September is clearly the go-to month for the discerning multinational company wishing to bestow its latest and greatest gadgetry upon the world. Not only did we have IFA, and all the myriad product launches that brought, but Apple and Nokia have recently held conferences to launch new iterations of their halo devices, ensuring the hearts and minds – and wallets -- of their loyal customers remain firmly within reach.
It's fall, and with the fruit ripening on the trees we have entered that special time of year – yes, it's time for Apple to present its newest iPhone to a fanbase so religiously devoted, the Catholic Church must surely be studying their PR department. After the relatively underwhelming launch of last year's 4S, a phone many were certain would be a radical redesign from the industrial beauty of the 4, Apple saw fit to continue the disappointing trend with this year's second-most-talked-about phone – after Samsung's Galaxy S3 – the iPhone 5.
That's not to say that the iPhone doesn't get a lot of things right. The screen has finally been upgraded, inching closer in size to its smartphone contemporaries, stretching to 4 inches from its previous 3.5 – a size Steve Jobs once described as the ''sweet spot," but which has become almost comically undersized in light of Apple's rivals with whom 4.8 inches is the new norm. An increase in resolution to match the new height brings the iPhone closer to a 16:9 aspect ratio, which will finally help remove the black bars ubiquitous when watching properly formatted media on the device. Around the elongated display, Apple has flexed its manufacturing muscle, bringing a much-needed refresh. Gone is the glass back, replaced instead with brushed aluminum and two glass bands to aid reception. At the front, the new 720p Facetime camera has been centered above a display that boasts in-cell technology, reducing the air between layers and allowing for less glare and faster response times. That display is rumored to be coated in Gorilla Glass, which should remove the screen cracking worries of old.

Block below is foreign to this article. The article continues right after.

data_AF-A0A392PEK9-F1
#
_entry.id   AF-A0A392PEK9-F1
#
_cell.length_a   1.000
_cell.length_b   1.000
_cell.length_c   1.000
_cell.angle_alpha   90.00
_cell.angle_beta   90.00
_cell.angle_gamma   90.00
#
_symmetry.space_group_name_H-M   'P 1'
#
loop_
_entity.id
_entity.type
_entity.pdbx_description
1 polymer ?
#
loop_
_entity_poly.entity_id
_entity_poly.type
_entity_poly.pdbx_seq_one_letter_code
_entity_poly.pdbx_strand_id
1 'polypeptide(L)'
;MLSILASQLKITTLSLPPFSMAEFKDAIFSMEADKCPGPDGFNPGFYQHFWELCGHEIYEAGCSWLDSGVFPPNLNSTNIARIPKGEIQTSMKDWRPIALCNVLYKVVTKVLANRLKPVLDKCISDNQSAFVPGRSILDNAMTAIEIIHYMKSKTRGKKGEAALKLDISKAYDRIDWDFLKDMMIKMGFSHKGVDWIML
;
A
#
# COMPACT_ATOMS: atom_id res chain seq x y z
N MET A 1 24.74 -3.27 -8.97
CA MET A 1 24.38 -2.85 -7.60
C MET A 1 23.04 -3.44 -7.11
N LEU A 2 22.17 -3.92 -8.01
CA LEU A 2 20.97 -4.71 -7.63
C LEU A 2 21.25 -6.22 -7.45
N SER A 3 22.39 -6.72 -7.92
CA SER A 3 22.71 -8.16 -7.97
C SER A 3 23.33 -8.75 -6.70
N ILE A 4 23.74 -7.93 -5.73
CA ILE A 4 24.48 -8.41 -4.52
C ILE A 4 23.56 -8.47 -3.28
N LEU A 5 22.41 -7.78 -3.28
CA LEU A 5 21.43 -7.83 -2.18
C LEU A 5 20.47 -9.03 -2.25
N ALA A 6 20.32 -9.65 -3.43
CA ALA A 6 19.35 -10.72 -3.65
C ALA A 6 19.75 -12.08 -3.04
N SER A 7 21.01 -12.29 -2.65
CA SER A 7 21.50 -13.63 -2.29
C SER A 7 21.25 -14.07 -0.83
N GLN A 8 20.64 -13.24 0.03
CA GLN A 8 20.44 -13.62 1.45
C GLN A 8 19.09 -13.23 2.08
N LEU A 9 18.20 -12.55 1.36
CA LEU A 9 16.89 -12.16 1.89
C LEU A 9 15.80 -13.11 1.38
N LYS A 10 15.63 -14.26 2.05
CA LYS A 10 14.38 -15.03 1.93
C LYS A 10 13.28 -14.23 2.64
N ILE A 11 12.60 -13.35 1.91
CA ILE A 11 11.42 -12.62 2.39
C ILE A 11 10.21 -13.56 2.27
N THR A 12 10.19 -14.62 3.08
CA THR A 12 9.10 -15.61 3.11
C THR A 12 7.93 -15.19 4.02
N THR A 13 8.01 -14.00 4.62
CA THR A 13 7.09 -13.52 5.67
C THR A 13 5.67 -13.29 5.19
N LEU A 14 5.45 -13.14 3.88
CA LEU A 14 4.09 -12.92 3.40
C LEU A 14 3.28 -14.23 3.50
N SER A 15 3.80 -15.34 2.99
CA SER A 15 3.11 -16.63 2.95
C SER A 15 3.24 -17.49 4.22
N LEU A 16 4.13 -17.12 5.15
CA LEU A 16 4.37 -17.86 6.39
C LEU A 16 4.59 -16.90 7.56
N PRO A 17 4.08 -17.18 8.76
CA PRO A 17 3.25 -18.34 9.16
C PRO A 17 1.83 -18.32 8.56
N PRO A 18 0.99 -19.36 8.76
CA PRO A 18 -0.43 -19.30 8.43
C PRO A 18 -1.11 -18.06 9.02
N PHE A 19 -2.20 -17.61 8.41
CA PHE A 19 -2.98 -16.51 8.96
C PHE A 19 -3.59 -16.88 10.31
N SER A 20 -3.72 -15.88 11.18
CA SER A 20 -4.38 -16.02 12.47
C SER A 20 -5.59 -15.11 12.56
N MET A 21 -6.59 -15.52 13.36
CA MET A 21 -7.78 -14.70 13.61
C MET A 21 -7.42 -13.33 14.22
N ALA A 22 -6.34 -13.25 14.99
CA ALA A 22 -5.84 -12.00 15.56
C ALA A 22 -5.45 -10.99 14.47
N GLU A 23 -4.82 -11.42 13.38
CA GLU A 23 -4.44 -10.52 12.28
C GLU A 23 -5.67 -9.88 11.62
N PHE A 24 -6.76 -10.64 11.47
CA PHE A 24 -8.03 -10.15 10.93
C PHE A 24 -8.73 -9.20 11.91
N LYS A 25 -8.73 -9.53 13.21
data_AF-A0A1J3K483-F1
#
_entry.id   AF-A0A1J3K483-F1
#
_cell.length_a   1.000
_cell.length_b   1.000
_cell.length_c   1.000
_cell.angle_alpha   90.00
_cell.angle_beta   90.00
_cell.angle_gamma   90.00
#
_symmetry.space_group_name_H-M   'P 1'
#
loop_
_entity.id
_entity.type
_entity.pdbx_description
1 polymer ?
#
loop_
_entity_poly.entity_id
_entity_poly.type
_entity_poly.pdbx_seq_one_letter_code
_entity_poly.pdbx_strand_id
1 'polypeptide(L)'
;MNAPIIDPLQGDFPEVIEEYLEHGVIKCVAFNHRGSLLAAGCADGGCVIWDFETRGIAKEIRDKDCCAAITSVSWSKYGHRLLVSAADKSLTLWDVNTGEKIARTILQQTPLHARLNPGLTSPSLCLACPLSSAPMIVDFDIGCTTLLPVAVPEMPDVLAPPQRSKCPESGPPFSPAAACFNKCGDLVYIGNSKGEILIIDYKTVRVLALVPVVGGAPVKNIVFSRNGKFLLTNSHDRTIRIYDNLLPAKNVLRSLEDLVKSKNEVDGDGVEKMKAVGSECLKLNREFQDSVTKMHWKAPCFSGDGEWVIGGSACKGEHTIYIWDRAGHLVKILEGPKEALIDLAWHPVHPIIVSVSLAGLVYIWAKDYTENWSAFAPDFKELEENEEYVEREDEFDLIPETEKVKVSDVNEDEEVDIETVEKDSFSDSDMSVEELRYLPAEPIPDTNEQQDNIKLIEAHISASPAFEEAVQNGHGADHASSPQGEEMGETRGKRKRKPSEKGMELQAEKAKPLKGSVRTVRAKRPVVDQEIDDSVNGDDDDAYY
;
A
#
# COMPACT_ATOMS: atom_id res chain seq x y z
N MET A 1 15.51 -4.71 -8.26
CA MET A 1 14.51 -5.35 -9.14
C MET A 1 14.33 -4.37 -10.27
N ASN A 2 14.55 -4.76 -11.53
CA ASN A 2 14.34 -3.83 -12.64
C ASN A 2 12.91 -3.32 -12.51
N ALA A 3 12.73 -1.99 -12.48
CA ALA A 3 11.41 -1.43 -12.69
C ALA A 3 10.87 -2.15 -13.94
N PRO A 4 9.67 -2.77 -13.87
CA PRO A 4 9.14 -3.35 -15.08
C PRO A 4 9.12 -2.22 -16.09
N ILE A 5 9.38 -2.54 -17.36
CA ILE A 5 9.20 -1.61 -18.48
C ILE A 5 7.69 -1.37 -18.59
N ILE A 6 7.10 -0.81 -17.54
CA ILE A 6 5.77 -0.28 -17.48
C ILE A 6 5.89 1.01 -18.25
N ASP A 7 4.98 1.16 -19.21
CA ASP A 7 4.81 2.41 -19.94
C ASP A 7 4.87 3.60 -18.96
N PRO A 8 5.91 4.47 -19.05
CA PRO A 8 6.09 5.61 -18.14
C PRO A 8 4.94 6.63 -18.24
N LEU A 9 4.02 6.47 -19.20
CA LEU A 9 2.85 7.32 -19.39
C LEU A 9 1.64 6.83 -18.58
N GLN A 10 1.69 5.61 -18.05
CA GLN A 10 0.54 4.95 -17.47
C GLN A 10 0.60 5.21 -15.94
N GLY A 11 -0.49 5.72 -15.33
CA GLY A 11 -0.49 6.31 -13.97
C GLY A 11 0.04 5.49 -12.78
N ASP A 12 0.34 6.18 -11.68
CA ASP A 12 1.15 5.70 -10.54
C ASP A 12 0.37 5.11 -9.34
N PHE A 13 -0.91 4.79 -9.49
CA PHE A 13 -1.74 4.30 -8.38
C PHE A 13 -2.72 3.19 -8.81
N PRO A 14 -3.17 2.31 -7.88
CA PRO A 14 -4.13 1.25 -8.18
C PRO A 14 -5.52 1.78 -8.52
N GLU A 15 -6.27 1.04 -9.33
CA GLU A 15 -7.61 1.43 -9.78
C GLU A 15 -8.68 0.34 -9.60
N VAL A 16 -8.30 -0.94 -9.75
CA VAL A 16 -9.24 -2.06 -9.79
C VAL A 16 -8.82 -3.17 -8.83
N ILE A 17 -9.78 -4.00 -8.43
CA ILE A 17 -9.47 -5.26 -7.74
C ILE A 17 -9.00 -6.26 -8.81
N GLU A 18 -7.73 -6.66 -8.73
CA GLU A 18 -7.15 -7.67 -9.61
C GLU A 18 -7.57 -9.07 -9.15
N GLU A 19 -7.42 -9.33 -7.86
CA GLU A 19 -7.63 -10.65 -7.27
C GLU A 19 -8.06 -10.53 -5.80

The new, slender iPhone -- which is just 7.6mm, making it one of the world's thinnest devices – has been put on a strict diet, shedding 20 percent of the 4S's weight to clock in at 3.9 ounces. Apple hasn't removed anything, though, instead cramming a new, more powerful A6 processor inside, complete with better power management and a claimed performance that's two-times better than last year's model. Tied to that is 1GB RAM, which should help the upcoming iOS 6 run as beautifully as the somewhat tired-looking OS can, and storage is the usual 16, 32 or 64GB.